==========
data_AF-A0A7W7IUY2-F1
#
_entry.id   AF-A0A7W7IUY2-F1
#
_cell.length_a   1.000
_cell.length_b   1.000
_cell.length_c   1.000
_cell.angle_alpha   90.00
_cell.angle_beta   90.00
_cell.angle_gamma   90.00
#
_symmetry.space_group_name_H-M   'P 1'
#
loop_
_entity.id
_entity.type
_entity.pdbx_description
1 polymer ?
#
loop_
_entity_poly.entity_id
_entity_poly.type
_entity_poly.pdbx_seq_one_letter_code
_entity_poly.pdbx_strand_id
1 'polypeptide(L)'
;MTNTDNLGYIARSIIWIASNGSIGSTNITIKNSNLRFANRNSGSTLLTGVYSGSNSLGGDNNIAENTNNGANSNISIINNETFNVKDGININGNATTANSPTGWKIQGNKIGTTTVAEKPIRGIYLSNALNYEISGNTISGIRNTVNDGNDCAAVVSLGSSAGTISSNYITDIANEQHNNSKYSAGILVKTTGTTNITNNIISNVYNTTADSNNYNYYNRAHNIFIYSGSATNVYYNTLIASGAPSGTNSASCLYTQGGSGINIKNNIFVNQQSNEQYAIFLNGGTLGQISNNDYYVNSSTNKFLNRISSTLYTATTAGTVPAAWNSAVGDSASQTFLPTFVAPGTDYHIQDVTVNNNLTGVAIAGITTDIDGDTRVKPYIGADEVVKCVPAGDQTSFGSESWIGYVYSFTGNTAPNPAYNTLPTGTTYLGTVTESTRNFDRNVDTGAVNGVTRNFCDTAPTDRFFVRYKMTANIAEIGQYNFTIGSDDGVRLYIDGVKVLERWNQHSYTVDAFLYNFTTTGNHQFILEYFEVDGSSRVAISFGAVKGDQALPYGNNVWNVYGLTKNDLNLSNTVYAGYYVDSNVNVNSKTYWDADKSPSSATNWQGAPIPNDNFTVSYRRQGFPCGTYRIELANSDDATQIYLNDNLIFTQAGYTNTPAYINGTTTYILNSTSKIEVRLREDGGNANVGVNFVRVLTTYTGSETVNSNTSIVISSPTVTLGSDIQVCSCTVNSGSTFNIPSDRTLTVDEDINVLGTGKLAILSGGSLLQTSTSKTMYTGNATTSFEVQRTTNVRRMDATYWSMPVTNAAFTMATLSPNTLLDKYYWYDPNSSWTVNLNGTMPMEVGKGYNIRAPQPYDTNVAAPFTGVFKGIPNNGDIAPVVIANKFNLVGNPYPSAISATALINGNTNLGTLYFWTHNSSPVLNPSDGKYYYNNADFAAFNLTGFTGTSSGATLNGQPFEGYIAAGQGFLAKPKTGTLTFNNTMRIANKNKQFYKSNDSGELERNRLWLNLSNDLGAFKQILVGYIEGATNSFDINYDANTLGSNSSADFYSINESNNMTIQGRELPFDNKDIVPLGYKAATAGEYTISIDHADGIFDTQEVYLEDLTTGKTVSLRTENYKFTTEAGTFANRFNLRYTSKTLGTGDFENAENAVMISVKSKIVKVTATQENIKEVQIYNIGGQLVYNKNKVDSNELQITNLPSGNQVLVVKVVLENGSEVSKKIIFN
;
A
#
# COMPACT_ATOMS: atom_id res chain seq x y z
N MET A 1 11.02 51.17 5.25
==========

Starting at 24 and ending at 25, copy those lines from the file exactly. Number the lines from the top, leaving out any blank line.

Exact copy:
_entity_poly.pdbx_strand_id
1 'polypeptide(L)'